Just the mention of the word “audit” is enough to send cold chills down the spines of many small business owners.
Tax audits are usually prompted by errors of omission or commission in accounting. The IRS will want to understand how that happened and why.
are not common. The truth is that the IRS has in the recent past conducted fewer tax returns audits than ever. This means you don’t have to keep worrying – as long as your tax books are in order.
However, that doesn’t mean that you won’t receive a surprise IRS audit at some point. Self-employed people and small business owners are more likely to be audited than any other group. Then the IRS system has an automatic way of flagging off returns for an audit.
As much as andoesn’t imply that a business owes fines to the government, it is important to avoid it as much as possible. Below are some of the tips on how to avoid IRS audit:
1. File your returns on time
One of the simplest ways to keep the taxman at bay is by filing your returns on time regardless of whether your business made a profit or not. Filing to turn in your tax returns or filing late can bring about suspicion and attract the IRS agents at the doorsteps of your business.
2. Check your numbers
When you receive a tax form that reports income like 1099, the same information is sent to the IRS. This means that the IRS will expect the information submitted to them by the third party to match with those in your tax form. If the information doesn’t match, then you will definitely be putting yourself to the risk of being audited.
Besides, yourcan also raise suspicion and attract unwanted attention if many most of the information is not adding up. Sometimes it’s easy to make a mistake. Ensure that you cross-check all the information you include on the tax form.
3. Avoid reporting loses every year
Reporting losses each year can also raise suspicion with the IRS. For example, if you report a net loss in two out of five years, then you are likely to become a tax audit candidate. The IRS will imagine that you are not into serious business and therefore prohibit all expense deductions.
4. Avoid abusing your business deductions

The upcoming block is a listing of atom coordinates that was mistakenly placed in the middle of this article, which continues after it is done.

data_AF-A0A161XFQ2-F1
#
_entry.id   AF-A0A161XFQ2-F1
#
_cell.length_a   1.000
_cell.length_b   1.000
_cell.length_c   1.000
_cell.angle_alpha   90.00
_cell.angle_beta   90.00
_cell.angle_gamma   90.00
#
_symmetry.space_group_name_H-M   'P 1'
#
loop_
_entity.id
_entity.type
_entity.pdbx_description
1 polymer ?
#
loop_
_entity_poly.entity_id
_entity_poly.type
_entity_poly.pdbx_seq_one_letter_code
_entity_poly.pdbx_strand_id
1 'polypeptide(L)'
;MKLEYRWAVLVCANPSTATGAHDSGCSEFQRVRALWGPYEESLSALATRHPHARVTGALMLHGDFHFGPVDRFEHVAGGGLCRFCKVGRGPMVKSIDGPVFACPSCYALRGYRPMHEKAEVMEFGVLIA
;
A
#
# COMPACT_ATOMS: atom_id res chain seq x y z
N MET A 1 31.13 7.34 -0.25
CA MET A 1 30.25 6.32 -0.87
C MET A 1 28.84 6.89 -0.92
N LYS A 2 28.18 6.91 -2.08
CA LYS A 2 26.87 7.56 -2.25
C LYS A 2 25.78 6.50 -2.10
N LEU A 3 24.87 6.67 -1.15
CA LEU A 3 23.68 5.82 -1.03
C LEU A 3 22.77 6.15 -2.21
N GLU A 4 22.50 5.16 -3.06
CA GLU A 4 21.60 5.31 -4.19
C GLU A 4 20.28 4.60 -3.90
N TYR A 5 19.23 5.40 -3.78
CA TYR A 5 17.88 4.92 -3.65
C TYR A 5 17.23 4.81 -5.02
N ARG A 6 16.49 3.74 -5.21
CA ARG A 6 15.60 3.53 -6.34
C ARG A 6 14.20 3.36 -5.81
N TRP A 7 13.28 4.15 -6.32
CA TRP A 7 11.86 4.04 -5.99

Small businesses have higher chances of taking up deductions compared to individuals. However, if you don’t have them, don’t take them. The IRS will most likely flag off any unusual tax deductions. For instance, if a person writes off 100 percent of their personal vehicle, they are just beckoning for an audit.
5. Treat independent contractors with caution
Your business is likely to be audited if you have a high number of independent contractors compared to employees. This is because some companies use that as a way of evading payroll tax. The IRS has guidelines that distinguish between employees and independent contractors.
6. Avoid paying huge salaries to employees who double up as shareholders
If your business pays high salaries to executives who co-own the company, it can be interpreted as a scheme to reduce corporate profits and therefore paying minimal tax. As such, abnormally high salaries may put you at risk of being audited by the IRS.
The best thing is to research the approximate range of salary for different positions in your industry. For example, if the average salary of a manager in your industry is $2,500, you should find a way to stay within that range.
7. Pay estimated small business tax
In case your business can owe taxes worth at least $500 per year, then you should make quarterly estimated tax payments. Failing to remit this tax will definitely lead to penalties or even an audit from the IRS.
In a nutshell, if you ensure that your financial records are in order and remit all the required taxes, you don’t have to worry about a tax audit.